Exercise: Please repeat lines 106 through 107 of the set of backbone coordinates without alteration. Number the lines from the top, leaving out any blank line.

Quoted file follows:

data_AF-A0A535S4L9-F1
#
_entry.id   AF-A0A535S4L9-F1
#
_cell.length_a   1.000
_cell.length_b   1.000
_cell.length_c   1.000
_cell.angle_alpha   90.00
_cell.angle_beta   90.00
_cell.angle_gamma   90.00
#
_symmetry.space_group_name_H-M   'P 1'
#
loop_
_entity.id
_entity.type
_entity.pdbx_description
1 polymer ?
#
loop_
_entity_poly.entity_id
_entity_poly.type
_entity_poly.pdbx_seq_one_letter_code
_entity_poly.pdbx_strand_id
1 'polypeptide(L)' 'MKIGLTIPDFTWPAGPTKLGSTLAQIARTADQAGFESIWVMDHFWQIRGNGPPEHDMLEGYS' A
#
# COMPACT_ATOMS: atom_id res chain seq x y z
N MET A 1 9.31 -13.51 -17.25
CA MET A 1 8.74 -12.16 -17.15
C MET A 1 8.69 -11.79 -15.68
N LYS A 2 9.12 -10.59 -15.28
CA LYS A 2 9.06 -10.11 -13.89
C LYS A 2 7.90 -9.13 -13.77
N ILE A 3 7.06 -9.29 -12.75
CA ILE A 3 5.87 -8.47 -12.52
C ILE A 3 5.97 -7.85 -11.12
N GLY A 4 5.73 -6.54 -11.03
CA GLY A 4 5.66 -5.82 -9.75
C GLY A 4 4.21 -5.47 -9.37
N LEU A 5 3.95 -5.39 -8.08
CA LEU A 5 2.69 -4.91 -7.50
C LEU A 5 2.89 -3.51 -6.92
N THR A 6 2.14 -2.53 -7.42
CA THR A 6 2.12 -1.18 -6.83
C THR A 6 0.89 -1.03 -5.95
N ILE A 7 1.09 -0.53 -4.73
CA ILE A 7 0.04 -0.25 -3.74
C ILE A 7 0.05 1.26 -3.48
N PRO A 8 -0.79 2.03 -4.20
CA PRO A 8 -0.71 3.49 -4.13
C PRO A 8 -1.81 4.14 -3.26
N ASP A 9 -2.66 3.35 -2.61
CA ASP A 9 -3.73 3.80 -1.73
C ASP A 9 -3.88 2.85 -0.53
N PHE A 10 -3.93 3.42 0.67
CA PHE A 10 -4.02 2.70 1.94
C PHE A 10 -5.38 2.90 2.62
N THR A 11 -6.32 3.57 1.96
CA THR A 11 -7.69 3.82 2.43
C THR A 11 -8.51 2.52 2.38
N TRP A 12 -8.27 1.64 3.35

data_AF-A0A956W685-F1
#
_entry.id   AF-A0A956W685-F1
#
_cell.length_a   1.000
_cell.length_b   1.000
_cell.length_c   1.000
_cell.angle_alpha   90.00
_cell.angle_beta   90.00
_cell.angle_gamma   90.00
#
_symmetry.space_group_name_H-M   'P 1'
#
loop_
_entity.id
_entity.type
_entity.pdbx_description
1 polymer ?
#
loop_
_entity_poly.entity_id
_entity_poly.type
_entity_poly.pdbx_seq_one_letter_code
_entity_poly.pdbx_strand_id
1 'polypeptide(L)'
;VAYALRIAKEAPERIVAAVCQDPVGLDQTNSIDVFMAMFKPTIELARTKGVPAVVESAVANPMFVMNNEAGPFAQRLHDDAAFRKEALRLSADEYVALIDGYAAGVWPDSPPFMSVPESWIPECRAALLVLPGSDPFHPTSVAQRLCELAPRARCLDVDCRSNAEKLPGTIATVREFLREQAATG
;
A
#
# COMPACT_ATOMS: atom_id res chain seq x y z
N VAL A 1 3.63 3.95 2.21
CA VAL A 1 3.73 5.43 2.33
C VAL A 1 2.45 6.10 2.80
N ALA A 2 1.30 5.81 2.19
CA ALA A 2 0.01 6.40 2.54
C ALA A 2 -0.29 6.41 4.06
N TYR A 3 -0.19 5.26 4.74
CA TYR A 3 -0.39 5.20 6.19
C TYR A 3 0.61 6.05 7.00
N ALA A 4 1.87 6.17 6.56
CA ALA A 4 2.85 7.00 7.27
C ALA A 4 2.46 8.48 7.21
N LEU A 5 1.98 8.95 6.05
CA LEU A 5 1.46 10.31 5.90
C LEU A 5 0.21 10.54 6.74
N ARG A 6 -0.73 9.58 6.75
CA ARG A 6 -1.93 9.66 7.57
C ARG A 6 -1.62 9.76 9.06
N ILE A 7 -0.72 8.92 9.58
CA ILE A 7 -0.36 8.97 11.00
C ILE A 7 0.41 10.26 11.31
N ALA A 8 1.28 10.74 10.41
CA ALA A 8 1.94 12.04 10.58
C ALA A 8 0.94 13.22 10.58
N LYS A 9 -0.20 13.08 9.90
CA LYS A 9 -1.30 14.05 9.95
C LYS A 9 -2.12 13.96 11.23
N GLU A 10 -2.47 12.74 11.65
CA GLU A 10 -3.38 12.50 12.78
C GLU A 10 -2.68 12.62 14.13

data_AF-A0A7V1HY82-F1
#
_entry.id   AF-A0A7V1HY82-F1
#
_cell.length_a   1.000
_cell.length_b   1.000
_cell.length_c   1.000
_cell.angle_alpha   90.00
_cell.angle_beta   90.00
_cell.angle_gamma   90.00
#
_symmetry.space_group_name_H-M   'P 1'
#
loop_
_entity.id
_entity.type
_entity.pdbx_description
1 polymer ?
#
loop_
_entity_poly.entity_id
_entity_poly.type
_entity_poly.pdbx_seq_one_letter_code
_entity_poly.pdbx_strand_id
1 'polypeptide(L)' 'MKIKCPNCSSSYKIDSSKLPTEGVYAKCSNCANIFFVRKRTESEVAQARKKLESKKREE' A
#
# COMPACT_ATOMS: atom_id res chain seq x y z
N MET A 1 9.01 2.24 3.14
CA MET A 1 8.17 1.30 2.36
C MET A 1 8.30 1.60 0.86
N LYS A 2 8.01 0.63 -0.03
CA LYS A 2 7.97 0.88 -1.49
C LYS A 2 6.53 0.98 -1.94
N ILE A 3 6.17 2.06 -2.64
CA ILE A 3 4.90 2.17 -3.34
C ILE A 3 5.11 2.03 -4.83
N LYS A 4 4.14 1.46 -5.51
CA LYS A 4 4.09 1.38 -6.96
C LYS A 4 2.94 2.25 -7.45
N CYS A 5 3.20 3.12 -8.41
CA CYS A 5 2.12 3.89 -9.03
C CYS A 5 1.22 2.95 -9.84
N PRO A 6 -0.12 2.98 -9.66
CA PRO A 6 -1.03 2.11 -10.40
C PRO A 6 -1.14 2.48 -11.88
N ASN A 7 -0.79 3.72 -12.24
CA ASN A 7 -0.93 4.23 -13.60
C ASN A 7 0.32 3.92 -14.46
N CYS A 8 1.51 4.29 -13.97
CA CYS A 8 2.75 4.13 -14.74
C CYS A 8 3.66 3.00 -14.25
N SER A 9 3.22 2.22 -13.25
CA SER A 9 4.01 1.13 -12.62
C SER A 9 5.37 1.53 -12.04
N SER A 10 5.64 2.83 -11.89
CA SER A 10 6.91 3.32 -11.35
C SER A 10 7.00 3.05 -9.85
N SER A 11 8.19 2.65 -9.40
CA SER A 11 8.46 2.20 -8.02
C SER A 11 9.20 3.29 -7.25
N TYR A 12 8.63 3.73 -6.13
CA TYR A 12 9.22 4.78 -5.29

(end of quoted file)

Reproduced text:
C LEU A 5 0.21 10.54 6.74
N ARG A 6 -0.73 9.58 6.75